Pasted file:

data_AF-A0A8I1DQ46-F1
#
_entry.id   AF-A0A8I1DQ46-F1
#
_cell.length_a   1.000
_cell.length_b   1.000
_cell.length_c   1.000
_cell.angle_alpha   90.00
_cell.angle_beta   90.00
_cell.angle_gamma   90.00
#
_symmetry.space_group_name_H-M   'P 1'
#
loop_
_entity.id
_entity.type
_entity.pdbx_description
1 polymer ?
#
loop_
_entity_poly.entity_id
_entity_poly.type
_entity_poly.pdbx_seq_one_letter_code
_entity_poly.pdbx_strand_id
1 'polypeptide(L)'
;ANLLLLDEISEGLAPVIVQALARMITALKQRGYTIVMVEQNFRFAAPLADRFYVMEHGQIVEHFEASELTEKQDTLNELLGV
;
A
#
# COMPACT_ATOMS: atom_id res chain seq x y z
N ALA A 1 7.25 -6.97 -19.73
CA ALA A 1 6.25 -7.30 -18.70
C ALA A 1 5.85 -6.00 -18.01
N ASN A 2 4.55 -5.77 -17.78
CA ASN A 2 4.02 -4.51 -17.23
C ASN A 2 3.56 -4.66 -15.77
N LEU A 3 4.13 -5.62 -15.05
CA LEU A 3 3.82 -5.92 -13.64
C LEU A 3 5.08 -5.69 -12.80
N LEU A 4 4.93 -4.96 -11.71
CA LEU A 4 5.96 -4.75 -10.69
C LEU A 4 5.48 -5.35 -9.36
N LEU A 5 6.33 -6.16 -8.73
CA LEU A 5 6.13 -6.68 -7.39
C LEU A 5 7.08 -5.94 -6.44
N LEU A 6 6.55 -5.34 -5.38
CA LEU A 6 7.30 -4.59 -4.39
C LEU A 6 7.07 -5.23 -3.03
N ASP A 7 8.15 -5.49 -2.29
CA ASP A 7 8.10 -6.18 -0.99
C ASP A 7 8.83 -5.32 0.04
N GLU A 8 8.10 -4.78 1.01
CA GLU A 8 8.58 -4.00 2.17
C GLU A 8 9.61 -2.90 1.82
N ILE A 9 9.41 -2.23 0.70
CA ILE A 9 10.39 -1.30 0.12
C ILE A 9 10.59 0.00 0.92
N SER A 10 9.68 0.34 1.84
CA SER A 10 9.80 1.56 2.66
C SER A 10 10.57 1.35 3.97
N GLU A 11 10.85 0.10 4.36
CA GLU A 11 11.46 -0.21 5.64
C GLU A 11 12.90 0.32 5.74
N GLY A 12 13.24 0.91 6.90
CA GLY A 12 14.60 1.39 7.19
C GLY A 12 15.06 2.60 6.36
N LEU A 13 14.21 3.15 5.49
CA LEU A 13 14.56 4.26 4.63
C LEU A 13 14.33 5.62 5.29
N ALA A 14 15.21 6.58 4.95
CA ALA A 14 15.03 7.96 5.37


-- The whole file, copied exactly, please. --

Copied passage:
data_AF-A0A8I1DQ46-F1
#
_entry.id   AF-A0A8I1DQ46-F1
#
_cell.length_a   1.000
_cell.length_b   1.000
_cell.length_c   1.000
_cell.angle_alpha   90.00
_cell.angle_beta   90.00
_cell.angle_gamma   90.00
#
_symmetry.space_group_name_H-M   'P 1'
#
loop_
_entity.id
_entity.type
_entity.pdbx_description
1 polymer ?
#
loop_
_entity_poly.entity_id
_entity_poly.type
_entity_poly.pdbx_seq_one_letter_code
_entity_poly.pdbx_strand_id
1 'polypeptide(L)'
;ANLLLLDEISEGLAPVIVQALARMITALKQRGYTIVMVEQNFRFAAPLADRFYVMEHGQIVEHFEASELTEKQDTLNELLGV
;
A
#
# COMPACT_ATOMS: atom_id res chain seq x y z
N ALA A 1 7.25 -6.97 -19.73
CA ALA A 1 6.25 -7.30 -18.70
C ALA A 1 5.85 -6.00 -18.01
N ASN A 2 4.55 -5.77 -17.78
CA ASN A 2 4.02 -4.51 -17.23
C ASN A 2 3.56 -4.66 -15.77
N LEU A 3 4.13 -5.62 -15.05
CA LEU A 3 3.82 -5.92 -13.64
C LEU A 3 5.08 -5.69 -12.80
N LEU A 4 4.93 -4.96 -11.71
CA LEU A 4 5.96 -4.75 -10.69
C LEU A 4 5.48 -5.35 -9.36
N LEU A 5 6.33 -6.16 -8.73
CA LEU A 5 6.13 -6.68 -7.39
C LEU A 5 7.08 -5.94 -6.44
N LEU A 6 6.55 -5.34 -5.38
CA LEU A 6 7.30 -4.59 -4.39
C LEU A 6 7.07 -5.23 -3.03
N ASP A 7 8.15 -5.49 -2.29
CA ASP A 7 8.10 -6.18 -0.99
C ASP A 7 8.83 -5.32 0.04
N GLU A 8 8.10 -4.78 1.01
CA GLU A 8 8.58 -4.00 2.17
C GLU A 8 9.61 -2.90 1.82
N ILE A 9 9.41 -2.23 0.70
CA ILE A 9 10.39 -1.30 0.12
C ILE A 9 10.59 0.00 0.92
N SER A 10 9.68 0.34 1.84
CA SER A 10 9.80 1.56 2.66
C SER A 10 10.57 1.35 3.97
N GLU A 11 10.85 0.10 4.36
CA GLU A 11 11.46 -0.21 5.64
C GLU A 11 12.90 0.32 5.74
N GLY A 12 13.24 0.91 6.90
CA GLY A 12 14.60 1.39 7.19
C GLY A 12 15.06 2.60 6.36
N LEU A 13 14.21 3.15 5.49
CA LEU A 13 14.56 4.26 4.63
C LEU A 13 14.33 5.62 5.29
N ALA A 14 15.21 6.58 4.95
CA ALA A 14 15.03 7.96 5.37